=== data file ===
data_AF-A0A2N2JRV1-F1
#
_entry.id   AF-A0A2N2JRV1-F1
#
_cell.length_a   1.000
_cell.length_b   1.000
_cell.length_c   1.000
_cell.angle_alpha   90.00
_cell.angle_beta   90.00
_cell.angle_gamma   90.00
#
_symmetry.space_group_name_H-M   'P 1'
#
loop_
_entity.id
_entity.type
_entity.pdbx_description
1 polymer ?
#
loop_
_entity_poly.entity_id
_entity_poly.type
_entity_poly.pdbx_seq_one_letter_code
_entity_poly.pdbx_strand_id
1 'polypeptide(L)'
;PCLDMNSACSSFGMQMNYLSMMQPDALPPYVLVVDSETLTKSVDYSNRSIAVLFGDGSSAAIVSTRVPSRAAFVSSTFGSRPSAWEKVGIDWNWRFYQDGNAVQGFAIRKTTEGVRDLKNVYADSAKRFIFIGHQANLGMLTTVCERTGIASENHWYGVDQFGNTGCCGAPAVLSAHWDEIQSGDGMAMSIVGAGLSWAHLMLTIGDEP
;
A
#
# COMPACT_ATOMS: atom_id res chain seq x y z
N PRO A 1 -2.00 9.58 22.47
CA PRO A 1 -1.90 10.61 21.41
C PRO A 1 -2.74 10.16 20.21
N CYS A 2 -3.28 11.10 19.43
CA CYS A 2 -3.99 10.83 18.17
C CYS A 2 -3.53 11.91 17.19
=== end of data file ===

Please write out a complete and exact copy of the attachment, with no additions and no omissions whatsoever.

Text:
data_AF-A0A2N2JRV1-F1
#
_entry.id   AF-A0A2N2JRV1-F1
#
_cell.length_a   1.000
_cell.length_b   1.000
_cell.length_c   1.000
_cell.angle_alpha   90.00
_cell.angle_beta   90.00
_cell.angle_gamma   90.00
#
_symmetry.space_group_name_H-M   'P 1'
#
loop_
_entity.id
_entity.type
_entity.pdbx_description
1 polymer ?
#
loop_
_entity_poly.entity_id
_entity_poly.type
_entity_poly.pdbx_seq_one_letter_code
_entity_poly.pdbx_strand_id
1 'polypeptide(L)'
;PCLDMNSACSSFGMQMNYLSMMQPDALPPYVLVVDSETLTKSVDYSNRSIAVLFGDGSSAAIVSTRVPSRAAFVSSTFGSRPSAWEKVGIDWNWRFYQDGNAVQGFAIRKTTEGVRDLKNVYADSAKRFIFIGHQANLGMLTTVCERTGIASENHWYGVDQFGNTGCCGAPAVLSAHWDEIQSGDGMAMSIVGAGLSWAHLMLTIGDEP
;
A
#
# COMPACT_ATOMS: atom_id res chain seq x y z
N PRO A 1 -2.00 9.58 22.47
CA PRO A 1 -1.90 10.61 21.41
C PRO A 1 -2.74 10.16 20.21
N CYS A 2 -3.28 11.10 19.43
CA CYS A 2 -3.99 10.83 18.17
C CYS A 2 -3.53 11.91 17.19